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Drug Safety Bulletin - March 2016

Mar 30, 2016 2:48 pm

RheumNow is committed to reporting safety issues in our monthly Drug Safety Bulletins, wherein we will update you with reports of new, ongoing and resolved Drug Shortages that will affect rheumatology.   If you have suggestions or information about specific drug shortages or drug safety issues please email us at: .

Reported Drug Shortages as of March 2, 2016

Drug Shortage

Reason for shortage

Estimated Availability

Chloroquine tablets  (250, 500 mg)

Fewer manufacturers. Another has shortage due to 3rd party supply issues.

One of three makers have full supply as of 3/25/16

Epinephrine injection

Product discontinuations, increased demand.

Intermittent backorder

Ketorolac injection (15, 30, 60mg/ml)

Back ordered, increase demand

3 manufacturers have available product as of 3/7/16

Lidocaine injection, 1%, 2% (2 ml, 5 ml, 10 ml vials)

Manufacturing delays, increased demand, supply interruptions

Intermittent availability; projected resolutions for late March or May 2016

Morphine injection (40mg/ml, 80mg/ml)

Unknown, manufacturing delays

Intermittent back order or limited supply; resolution date unknown.

Zolpidem (5 mg, 10 mg tablets)

4 manufacturers; no reason available.

Back order; early-mid April 2016


RESOLVED Shortages: Allopurinol, Azathioprine, Chloroquine, Colchicine, Dexamethasone parenteral, Hydroxychloroquine, Leflunomide.

Drug Safety News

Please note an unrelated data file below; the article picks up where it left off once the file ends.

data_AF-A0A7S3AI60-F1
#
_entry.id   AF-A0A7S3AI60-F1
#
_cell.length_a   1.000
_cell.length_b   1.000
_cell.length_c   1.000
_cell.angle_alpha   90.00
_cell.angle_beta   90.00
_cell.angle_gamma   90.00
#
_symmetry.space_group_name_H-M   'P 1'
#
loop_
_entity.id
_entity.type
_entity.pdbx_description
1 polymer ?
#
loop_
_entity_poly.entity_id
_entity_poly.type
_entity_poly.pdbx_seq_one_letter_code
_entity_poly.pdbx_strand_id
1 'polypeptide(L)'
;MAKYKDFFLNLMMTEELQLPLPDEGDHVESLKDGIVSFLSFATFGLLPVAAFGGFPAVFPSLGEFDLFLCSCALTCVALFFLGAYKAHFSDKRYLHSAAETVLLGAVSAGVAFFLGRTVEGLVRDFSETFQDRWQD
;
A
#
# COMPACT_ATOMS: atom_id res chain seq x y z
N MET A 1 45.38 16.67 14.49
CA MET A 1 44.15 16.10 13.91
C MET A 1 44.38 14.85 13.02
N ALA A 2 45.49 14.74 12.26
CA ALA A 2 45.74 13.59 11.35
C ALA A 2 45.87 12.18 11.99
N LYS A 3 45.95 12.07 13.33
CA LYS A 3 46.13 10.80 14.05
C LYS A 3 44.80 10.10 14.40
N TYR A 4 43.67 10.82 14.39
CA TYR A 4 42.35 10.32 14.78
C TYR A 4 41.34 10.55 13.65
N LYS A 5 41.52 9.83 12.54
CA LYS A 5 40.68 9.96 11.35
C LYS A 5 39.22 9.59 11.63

Elderly at Risk for Polypharmacy and Major Drug Interactions.  A cohort study of geriatricians from 2 different time periods showed that polypharmay (>5 drugs) increased from 30.6% to 35.8% and that the risk of a potential major drug-drug interaction significantly increased from  8.4% in 2005-2006 to 15.1% in 2010-2011.  

Safety of Anakinra in Refractory Pericarditis.  Retrospective review from the Mayo Clinic of 13 patients showed that all improved rapidly (within 2-5 days) and 31% injection site reactions were the only safety concern.

The Safety of Belimumab.  Two recent reports have analyzed the cumulative safety of belimumab in lupus. First, an analysis of 987 patients in BEL trials showed that . Nearly 43% of patients withdrew overall; the most common reasons being patient request (17%) or adverse events (8.5%). Drug-related AEs were seen in 43%; including infections/infestations (28%) and gastrointestinal disorders (14%).   The second study, a metanalysis of 4 trials and 4692 patients compared the efficacy and safety of BEL + standard therapy against placebo + standard therapy. They found no difference in serious adverse events between groups.

The author has no conflicts of interest to disclose related to this subject

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